The natural world has always been a source of fascination for me. Some of my earliest memories are of trees and rivers, and as a child I think I enjoyed country meadows more than theme parks. Part of me is constantly drawn to the world that begins where our towns and roads end.
In the few years since I made the Western Slope of Colorado my home, I've had countless opportunities to explore this great wilderness. The easier trails served as an introduction to the Rocky Mountains. Pretty soon, I was standing on fourteeners (mountains over 14,000' high), and late last year I began to make my own trails.
This year, I'm in the best shape of my life, and that high level of fitness allows me to reach locations that I would never have attempted even last year. When physical abilities are no longer a limiting factor I can concentrate on enjoying the journey.
Once you're able to let go of all distractions, being in the wilderness is an immersive experience. I've you've followed this blog or my photography for a while, you'll know about the amazing sights to be found. Other treats for the senses are harder to describe.
Imagine standing on an isolated summit and hearing nothing but your heartbeat, or walking through the forest and hearing the sound of leaves crunching under your feet while birds call in the distance. Aspen leaves rustling in the wind, moose calls - the list goes on.
One vivid memory from this summer is the heady perfume from a carpet of flowering lupines on a previously unexplored (by me, at least) aspen forest. The strong aroma of juniper is familiar feature of the forest, while the tell-tale smells of elk or other wildlife can take some time to recognize but is perhaps more exciting.
In the summers, the wilderness offers up its bounty for tasting. This year was a particularly good one for edible berries such as raspberries and currants. I'm often tempted to try a few, but always leave some for the critters. Just like home-grown vegetables, wild berries can taste far better than those found at the grocery store.
As I negotiate steep slopes, I can't help but notice the seemingly infinite variety of textures in rocks and trees that provide good handholds to help me on my way. Next time you're in the forest, allow yourself time to relax and actually feel the plant life around you, from the chalky aspen trunks to silky petals to stringy lichens that hang from trees. It's one more way to connect with the world around you.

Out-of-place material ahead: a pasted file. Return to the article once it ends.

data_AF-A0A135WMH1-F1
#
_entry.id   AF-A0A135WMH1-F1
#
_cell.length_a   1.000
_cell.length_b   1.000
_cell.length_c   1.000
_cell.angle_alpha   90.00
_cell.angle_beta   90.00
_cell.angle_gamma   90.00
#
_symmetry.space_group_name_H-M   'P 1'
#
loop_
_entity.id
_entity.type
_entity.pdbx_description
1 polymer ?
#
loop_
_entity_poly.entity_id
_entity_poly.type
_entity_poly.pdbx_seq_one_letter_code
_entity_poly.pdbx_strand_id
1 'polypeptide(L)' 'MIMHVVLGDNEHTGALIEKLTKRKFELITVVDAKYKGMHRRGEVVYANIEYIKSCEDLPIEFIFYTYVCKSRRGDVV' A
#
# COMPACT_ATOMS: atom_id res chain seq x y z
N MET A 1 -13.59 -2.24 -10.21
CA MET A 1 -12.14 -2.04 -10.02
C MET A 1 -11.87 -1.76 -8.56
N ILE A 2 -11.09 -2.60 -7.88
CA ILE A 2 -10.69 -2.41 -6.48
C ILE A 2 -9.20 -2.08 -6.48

That's the five senses, but there's one more. Occasionally I've had the feeling that I'm not alone, even when I'm certain that I'm miles from the nearest trail or road. Years ago, that might have been cause for concern, but now that I know this place so intimately I am merely curious as to what (if anything) is out there. I hold my breath and stand still in order to listen for the slightest sound that will give away the location of elk, or perhaps a black bear.
It is often the unknown that can result in the most memorable experiences. I regularly study maps before trying a new route, but they seldom show enough to predict which amazing views I'll find from a new summit, or even the scenery that lies over the next hill. I will always remember the time I almost literally ran into a herd of elk during a snowstorm on a winter hike. I'm not sure which of us got the biggest shock!
When I'm in the wilderness, all I have to consciously think of is where I'm going and how I'll get back. Other than that, I'm free to take in the sensory experience that this amazing place I call home has to offer.